National Association of Independent Schools

The National Association of Independent Schools (NAIS) is a U.S.-based membership organization for private, nonprofit, K-12 schools. Founded in 1962, NAIS represents independent schools and associations in the United States, including day, boarding, and day/boarding schools; elementary and secondary schools; boys', girls', and coeducational schools. NAIS has affiliate members internationally as well.

National Association of Independent Schools
Horizontal-NAIS-logo-thin.jpg
AbbreviationNAIS
TypeNon-governmental organization
PurposeK-12 education
Main organ
Independent School
Websitenais.org

NAIS's mission is to be the national voice of independent schools and the center for collective action on their behalf.

MembershipEdit

As of the 2010-11 school year, NAIS represented approximately 1,400 member independent schools and associations in the US, serving more than 562,000 students and 121,000 teachers, administrators, and other staff.

Membership in NAIS is open to independent pre-college schools that are operated by nonprofit organizations. To become a full member of NAIS, a school must have operated for at least five years and must be accredited by an accrediting organization approved by NAIS.[1]

Criteria for accreditationEdit

Over the course of a 10-year cycle, associations prepare a self-study demonstrating compliance with the Criteria for Effective Independent School Accreditation Practices. The criteria provide common ground for member associations by delineating best practices, policies, and procedures. In addition, associations use the Model Core Standards—a set of “ideal” standards—in assessing their own standards.

As part of the process of “accrediting the accreditors,” each member association:

  • Hosts a visit from a team composed of commission members;
  • Receives written recommendations from the commission; and
  • Engages in followup activities designed to improve the state or regional accreditation process.

Accountability serves two purposes: ongoing association improvement and advancement, and the assurance of excellence in the accreditation process for member associations and their independent schools.

BackgroundEdit

HistoryEdit

The NAIS was organized in 1962, the result of the merger of the Independent Schools Education Board and the National Council of Independent Schools.[2][3]

In response to requests from several state, regional, and national accrediting organizations, the NAIS commission on accreditation was established by the NAIS Board of Trustees in 2001 and convened for the first time in 2002. The 19 member commission's work was intended to assure the quality of independent school accrediting programs.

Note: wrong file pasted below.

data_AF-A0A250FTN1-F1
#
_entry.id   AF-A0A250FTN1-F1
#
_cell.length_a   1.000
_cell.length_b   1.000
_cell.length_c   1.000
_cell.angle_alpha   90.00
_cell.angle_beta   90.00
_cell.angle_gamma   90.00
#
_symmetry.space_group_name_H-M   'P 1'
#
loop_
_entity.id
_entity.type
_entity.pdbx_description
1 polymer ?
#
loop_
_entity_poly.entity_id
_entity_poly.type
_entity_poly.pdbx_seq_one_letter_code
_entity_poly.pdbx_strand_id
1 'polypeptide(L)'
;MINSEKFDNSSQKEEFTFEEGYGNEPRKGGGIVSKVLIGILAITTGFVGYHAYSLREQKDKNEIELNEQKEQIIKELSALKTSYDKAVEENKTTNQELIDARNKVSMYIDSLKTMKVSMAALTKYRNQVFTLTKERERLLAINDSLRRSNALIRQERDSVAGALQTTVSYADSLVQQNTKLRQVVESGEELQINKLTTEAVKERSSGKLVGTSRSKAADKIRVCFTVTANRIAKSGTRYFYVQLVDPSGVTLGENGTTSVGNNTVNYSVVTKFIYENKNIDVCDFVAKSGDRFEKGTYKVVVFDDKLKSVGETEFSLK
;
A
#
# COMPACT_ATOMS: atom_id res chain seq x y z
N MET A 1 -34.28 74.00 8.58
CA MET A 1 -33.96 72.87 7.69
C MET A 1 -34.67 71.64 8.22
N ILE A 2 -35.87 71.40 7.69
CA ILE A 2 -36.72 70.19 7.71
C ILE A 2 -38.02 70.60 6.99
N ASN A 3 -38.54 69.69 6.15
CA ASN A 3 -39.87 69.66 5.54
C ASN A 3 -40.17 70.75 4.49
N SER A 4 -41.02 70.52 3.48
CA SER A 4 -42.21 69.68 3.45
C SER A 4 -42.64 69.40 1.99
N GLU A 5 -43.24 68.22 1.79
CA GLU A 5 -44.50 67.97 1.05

A primary responsibility of the commission was to developing a public understanding of, and credibility for, state and regional accrediting programs. In addition, the commission,

  • developed criteria for effective independent school accreditation practices, exemplary standards, and models of successful accreditation policies and procedures.
  • engaged in research to inform accreditation practice.

The commission met on a regular basis and was guided by established operating protocols. It was composed of members from state and regional accrediting associations that were members of NAIS as well as at-large members, and NAIS Board members.

After several years of planning to create a new, international organization, the NAIS commission on accreditation disbanded in 2018. The successor organization, the International Council Advancing Independent School Accreditation (ICAISA), began formal operations in 2018 as an independent 501(c)(3) organization.[4]

Organizational structureEdit

The NAIS board of trustees is made up of an eighteen members, led by the officers and the Executive Committee. Board members serve three-year terms. The board appoints the NAIS president, who oversees association business with the aid of a small staff.

The member associations of NAIS are accountable to one another through a process patterned on the independent school accreditation model. Over the course of a 10-year cycle, associations prepared a self-study demonstrating compliance with the Criteria for Effective Independent School Accreditation Practices. The criteria provided common ground for member associations by delineating best practices, policies, and procedures. In addition, associations used Model Core Standards — a set of “ideal” standards — in assessing their own standards. As part of the process of “accrediting the accreditors”, each member association hosts a visit from other accredited member association, receives written recommendations, and engages in follow-up activities designed to improve the state or regional accreditation process. As with school accreditation, this served two purposes: institutional improvement and quality assurance.

Commission on accreditationEdit

The following are state, regional, and international accrediting organizations that were members of the NAIS commission on accreditation and became founding members of the International Council Advancing Independent School Accreditation (ICAISA):

State accrediting associations

Regional, national and international accrediting associations

See alsoEdit

ReferencesEdit

  1. ^ Membership, NAIS website, accessed October 6, 2010
  2. ^ "Mission and Purpose - International Council Advancing Independent School Accreditation (ICAISA)". www.icaisa.org. Retrieved 2020-08-15.
  3. ^ "National Association of Independent Schools | Encyclopedia.com". www.encyclopedia.com. Retrieved 2020-08-15.
  4. ^ "Home - International Council Advancing Independent School Accreditation (ICAISA)". www.icaisa.org. Retrieved 2020-08-15.

External linksEdit